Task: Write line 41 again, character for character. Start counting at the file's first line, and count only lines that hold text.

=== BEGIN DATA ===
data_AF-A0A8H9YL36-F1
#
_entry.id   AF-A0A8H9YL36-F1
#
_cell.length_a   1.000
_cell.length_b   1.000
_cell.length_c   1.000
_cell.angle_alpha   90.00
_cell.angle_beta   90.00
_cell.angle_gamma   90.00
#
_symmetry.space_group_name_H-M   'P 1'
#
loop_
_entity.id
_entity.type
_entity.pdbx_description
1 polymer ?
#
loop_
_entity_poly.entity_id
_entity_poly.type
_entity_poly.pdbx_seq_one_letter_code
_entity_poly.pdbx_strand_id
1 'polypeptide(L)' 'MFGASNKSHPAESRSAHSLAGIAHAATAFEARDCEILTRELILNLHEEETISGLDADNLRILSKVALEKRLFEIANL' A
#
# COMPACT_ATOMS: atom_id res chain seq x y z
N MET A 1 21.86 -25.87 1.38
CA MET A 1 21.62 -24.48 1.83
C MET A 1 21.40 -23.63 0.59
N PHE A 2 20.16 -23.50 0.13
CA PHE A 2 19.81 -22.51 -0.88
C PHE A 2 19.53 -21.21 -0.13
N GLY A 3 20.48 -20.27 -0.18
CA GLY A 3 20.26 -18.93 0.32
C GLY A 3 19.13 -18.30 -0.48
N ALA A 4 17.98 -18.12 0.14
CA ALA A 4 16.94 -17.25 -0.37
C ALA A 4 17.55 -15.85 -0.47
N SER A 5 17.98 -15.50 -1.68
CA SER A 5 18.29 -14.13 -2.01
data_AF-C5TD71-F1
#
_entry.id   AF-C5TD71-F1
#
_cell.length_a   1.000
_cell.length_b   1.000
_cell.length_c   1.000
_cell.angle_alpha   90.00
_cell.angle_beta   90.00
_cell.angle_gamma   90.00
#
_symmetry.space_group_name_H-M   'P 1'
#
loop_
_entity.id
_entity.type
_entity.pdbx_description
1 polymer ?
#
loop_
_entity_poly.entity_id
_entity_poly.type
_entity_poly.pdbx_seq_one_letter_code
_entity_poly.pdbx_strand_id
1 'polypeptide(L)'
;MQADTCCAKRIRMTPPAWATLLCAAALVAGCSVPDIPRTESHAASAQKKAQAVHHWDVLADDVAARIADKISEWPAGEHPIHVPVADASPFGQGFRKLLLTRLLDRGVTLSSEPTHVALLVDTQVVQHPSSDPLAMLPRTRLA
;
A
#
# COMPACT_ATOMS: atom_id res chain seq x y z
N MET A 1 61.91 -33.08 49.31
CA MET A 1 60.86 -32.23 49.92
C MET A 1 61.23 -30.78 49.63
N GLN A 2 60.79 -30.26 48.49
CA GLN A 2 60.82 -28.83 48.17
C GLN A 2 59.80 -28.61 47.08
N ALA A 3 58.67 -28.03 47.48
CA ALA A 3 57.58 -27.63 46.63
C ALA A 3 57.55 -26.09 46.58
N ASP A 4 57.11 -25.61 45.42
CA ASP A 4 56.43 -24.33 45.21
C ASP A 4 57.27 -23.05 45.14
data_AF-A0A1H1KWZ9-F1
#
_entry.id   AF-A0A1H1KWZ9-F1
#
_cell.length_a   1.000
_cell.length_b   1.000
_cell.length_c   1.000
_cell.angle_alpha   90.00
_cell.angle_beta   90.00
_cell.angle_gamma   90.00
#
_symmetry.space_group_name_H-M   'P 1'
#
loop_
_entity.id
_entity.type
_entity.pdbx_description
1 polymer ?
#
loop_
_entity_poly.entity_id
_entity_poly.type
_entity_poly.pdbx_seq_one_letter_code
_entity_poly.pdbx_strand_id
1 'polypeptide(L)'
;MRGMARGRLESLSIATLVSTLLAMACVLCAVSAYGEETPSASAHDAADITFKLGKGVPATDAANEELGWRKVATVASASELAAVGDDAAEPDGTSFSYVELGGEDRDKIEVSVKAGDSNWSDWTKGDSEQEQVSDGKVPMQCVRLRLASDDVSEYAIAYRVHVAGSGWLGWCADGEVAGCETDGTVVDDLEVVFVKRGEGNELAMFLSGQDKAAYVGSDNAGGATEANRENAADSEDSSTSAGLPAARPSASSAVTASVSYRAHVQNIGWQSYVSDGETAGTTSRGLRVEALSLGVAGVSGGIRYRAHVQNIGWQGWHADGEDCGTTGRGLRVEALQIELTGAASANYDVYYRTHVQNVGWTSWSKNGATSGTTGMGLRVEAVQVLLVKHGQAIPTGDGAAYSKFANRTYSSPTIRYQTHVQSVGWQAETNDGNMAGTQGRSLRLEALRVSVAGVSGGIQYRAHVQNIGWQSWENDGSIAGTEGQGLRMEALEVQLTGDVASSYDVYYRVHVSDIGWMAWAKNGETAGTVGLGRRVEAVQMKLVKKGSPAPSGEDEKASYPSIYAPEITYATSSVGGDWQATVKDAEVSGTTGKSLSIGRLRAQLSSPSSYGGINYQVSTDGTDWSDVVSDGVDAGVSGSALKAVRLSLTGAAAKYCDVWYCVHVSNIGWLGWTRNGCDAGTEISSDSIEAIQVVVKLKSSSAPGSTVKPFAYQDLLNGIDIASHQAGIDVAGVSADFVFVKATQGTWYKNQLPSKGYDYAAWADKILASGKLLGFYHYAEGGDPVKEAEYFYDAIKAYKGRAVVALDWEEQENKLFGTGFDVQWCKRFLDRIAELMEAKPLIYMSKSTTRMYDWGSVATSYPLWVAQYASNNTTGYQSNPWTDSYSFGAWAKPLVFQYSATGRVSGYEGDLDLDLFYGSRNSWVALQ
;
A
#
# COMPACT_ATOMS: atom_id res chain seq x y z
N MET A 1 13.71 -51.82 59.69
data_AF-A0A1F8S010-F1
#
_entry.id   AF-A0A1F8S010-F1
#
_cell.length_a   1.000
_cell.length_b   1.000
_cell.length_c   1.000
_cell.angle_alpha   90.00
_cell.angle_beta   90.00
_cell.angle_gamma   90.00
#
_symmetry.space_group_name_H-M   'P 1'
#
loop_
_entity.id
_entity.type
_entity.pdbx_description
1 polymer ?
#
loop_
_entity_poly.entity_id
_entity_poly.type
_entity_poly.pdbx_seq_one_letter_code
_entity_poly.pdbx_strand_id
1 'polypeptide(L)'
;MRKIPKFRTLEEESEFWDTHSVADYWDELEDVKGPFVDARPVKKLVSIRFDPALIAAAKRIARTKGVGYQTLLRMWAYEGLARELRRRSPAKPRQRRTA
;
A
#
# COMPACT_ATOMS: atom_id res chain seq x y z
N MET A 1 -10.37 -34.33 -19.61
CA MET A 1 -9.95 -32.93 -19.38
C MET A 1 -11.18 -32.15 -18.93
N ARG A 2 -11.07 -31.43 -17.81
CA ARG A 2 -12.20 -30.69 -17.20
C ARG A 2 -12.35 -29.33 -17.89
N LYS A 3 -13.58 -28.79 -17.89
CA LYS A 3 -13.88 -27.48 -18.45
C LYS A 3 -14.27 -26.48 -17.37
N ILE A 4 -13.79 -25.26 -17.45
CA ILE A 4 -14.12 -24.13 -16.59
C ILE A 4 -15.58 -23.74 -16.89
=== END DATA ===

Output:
CA SER A 5 18.29 -14.13 -2.01